**I don’t find numbers particularly interesting**, in and of themselves. Mathematics’ folklore suggests that, even if you’re misled into thinking that, for example, 1729 is an uninteresting number, you may be wrong. Whatever. I’m just not a numbers person.

But you can *combine* numbers to get interesting things. When you put enough numbers together you get *Toy Story*. Beyond interesting: it was moving. All of the polygons and sound waves (1-D functions of time) are mathematical, and the movie was ultimately encoded as bits — so *Toy Story* is one long number.

**Drama** can be built up with much less. Consider the set `{Jun, Kiko}`

. There is a function which maps pairs from the set to `{0,1}`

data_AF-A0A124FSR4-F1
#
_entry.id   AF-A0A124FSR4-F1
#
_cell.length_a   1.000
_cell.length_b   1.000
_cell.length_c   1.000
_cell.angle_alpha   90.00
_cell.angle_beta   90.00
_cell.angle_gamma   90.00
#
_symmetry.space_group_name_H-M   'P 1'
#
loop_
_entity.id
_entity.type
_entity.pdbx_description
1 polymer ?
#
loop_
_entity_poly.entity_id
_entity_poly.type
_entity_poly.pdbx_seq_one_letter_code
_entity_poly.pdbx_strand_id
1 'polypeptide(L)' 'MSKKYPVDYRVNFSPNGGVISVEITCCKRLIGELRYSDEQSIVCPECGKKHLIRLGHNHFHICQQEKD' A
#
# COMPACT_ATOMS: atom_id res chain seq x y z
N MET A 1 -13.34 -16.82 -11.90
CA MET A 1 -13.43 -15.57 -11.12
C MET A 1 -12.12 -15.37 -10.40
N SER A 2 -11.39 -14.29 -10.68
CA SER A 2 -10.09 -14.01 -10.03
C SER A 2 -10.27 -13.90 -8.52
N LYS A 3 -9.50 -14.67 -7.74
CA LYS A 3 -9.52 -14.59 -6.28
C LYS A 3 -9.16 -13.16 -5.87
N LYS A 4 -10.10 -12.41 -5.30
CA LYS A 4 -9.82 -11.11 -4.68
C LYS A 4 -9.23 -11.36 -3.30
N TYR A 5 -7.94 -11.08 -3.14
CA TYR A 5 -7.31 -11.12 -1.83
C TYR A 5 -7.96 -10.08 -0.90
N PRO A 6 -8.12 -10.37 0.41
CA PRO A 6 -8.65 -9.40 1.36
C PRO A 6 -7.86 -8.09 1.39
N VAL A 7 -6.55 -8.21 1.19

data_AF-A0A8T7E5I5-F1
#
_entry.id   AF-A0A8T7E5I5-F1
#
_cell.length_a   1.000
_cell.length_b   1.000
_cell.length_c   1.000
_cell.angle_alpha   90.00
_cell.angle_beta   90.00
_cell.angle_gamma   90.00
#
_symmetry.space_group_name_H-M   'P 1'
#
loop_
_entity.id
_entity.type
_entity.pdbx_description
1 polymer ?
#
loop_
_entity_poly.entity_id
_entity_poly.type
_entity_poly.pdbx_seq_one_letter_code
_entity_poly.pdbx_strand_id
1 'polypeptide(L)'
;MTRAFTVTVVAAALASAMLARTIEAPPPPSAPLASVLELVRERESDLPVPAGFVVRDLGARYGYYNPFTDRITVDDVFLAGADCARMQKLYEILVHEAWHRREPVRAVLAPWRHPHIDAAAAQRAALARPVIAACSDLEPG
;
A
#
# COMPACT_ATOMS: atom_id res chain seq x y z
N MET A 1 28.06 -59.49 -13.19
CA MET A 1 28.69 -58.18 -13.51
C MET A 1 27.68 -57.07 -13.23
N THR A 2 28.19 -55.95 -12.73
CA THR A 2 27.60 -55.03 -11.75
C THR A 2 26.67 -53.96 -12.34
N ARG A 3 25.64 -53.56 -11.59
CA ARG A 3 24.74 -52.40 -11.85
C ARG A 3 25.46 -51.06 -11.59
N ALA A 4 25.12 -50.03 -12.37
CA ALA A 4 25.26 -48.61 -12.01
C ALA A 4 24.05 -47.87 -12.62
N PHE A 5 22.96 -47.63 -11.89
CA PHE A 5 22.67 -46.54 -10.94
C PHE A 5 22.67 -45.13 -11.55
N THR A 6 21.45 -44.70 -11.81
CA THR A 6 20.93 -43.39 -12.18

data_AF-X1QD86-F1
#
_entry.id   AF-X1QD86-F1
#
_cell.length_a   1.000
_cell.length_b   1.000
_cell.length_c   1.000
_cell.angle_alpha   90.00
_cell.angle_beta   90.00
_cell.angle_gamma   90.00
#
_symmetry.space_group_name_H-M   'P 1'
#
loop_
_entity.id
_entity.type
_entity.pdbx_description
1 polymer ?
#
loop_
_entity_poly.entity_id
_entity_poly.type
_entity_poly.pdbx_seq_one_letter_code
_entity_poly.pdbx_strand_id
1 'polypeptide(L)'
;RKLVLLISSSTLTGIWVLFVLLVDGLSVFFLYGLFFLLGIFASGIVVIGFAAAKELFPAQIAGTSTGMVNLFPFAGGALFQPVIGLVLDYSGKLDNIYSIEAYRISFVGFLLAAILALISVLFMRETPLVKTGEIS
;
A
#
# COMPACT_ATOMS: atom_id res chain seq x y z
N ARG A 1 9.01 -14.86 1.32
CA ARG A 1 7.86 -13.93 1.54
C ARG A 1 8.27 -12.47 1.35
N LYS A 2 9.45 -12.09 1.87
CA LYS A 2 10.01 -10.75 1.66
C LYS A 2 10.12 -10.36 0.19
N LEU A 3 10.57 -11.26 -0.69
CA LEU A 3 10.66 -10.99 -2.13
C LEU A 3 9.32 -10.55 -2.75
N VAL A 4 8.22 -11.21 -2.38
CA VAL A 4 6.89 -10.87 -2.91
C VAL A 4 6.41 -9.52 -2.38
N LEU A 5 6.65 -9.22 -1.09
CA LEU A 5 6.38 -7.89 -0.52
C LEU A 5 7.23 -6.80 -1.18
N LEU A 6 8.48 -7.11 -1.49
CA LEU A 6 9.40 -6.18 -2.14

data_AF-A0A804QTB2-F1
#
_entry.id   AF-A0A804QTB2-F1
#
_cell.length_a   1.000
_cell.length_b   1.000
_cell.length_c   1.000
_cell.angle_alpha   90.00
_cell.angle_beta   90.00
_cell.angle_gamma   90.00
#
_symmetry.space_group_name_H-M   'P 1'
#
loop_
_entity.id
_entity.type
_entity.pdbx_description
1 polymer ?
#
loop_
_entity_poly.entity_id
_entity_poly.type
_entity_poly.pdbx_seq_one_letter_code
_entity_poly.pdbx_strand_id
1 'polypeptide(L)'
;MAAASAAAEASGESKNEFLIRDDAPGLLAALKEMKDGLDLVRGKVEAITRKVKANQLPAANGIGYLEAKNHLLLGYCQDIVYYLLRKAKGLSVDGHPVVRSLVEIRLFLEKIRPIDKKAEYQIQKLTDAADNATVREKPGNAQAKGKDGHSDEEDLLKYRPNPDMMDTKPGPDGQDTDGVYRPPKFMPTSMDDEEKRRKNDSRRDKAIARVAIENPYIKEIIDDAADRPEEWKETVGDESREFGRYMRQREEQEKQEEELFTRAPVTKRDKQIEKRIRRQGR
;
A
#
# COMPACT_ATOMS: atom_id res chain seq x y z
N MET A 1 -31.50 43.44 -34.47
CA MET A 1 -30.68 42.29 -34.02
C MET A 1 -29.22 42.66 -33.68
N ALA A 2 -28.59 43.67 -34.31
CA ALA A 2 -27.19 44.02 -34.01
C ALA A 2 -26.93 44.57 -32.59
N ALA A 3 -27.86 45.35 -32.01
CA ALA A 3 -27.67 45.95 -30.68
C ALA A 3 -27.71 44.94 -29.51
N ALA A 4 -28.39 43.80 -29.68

: a two-place relation

- ƒ(Jun, Kiko) = 1
- ƒ(Kiko, Jun) = 0

`{0,1}`

is isomorphic to `{true, false}`

and the two-place relation’s name is “Love”. True, **Jun loves Kiko**. False, **Kiko does not love Jun**.

See what I did there? ƒ(a,b)=1 && ƒ(b,a)=0 ——functor—→

- Love(Jun, Kiko) = T
- Love(Kiko, Jun) = F

The possibilities take the shape of the vierergruppe:

A love triangle isn’t far off. And now you have my attention if you want to talk about cohomology or something. Oh, the cohomology of a love triangle? The cohomology of unrequited love? Yeah. I could get interested in that.

**This is why I read mathematics.** Not because numbers fascinate me. Not because deduction is fun. Because with math you can think about sh_t in a totally new way.